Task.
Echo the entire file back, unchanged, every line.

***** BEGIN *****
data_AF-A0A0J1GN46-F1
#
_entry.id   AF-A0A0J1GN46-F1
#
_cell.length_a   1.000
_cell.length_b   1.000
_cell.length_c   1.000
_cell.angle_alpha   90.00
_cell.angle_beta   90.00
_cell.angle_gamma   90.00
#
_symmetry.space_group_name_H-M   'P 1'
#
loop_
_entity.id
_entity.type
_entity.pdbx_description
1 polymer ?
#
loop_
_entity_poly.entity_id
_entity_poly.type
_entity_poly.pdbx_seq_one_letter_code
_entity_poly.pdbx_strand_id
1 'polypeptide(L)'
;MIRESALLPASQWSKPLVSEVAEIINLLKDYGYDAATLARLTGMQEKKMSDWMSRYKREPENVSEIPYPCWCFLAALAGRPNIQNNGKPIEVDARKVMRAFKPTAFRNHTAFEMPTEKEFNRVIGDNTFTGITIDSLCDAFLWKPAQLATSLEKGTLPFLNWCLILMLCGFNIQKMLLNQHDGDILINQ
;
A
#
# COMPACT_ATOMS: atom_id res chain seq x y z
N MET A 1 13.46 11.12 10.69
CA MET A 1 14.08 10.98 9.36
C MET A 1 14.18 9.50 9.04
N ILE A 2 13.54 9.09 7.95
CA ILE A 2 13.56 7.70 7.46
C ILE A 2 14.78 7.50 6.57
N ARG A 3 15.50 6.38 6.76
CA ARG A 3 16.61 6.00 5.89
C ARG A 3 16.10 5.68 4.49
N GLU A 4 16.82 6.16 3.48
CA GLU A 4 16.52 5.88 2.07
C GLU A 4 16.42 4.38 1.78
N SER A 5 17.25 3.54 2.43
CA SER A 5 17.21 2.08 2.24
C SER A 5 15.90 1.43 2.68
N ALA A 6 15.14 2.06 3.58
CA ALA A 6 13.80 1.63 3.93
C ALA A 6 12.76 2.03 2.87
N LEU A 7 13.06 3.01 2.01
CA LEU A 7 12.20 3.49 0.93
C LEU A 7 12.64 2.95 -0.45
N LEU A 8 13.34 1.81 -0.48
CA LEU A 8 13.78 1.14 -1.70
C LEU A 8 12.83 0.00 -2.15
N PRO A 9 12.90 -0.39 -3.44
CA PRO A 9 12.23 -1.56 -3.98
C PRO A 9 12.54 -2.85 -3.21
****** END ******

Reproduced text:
data_AF-A0A0J1GN46-F1
#
_entry.id   AF-A0A0J1GN46-F1
#
_cell.length_a   1.000
_cell.length_b   1.000
_cell.length_c   1.000
_cell.angle_alpha   90.00
_cell.angle_beta   90.00
_cell.angle_gamma   90.00
#
_symmetry.space_group_name_H-M   'P 1'
#
loop_
_entity.id
_entity.type
_entity.pdbx_description
1 polymer ?
#
loop_
_entity_poly.entity_id
_entity_poly.type
_entity_poly.pdbx_seq_one_letter_code
_entity_poly.pdbx_strand_id
1 'polypeptide(L)'
;MIRESALLPASQWSKPLVSEVAEIINLLKDYGYDAATLARLTGMQEKKMSDWMSRYKREPENVSEIPYPCWCFLAALAGRPNIQNNGKPIEVDARKVMRAFKPTAFRNHTAFEMPTEKEFNRVIGDNTFTGITIDSLCDAFLWKPAQLATSLEKGTLPFLNWCLILMLCGFNIQKMLLNQHDGDILINQ
;
A
#
# COMPACT_ATOMS: atom_id res chain seq x y z
N MET A 1 13.46 11.12 10.69
CA MET A 1 14.08 10.98 9.36
C MET A 1 14.18 9.50 9.04
N ILE A 2 13.54 9.09 7.95
CA ILE A 2 13.56 7.70 7.46
C ILE A 2 14.78 7.50 6.57
N ARG A 3 15.50 6.38 6.76
CA ARG A 3 16.61 6.00 5.89
C ARG A 3 16.10 5.68 4.49
N GLU A 4 16.82 6.16 3.48
CA GLU A 4 16.52 5.88 2.07
C GLU A 4 16.42 4.38 1.78
N SER A 5 17.25 3.54 2.43
CA SER A 5 17.21 2.08 2.24
C SER A 5 15.90 1.43 2.68
N ALA A 6 15.14 2.06 3.58
CA ALA A 6 13.80 1.63 3.93
C ALA A 6 12.76 2.03 2.87
N LEU A 7 13.06 3.01 2.01
CA LEU A 7 12.20 3.49 0.93
C LEU A 7 12.64 2.95 -0.45
N LEU A 8 13.34 1.81 -0.48
CA LEU A 8 13.78 1.14 -1.70
C LEU A 8 12.83 0.00 -2.15
N PRO A 9 12.90 -0.39 -3.44
CA PRO A 9 12.23 -1.56 -3.98
C PRO A 9 12.54 -2.85 -3.21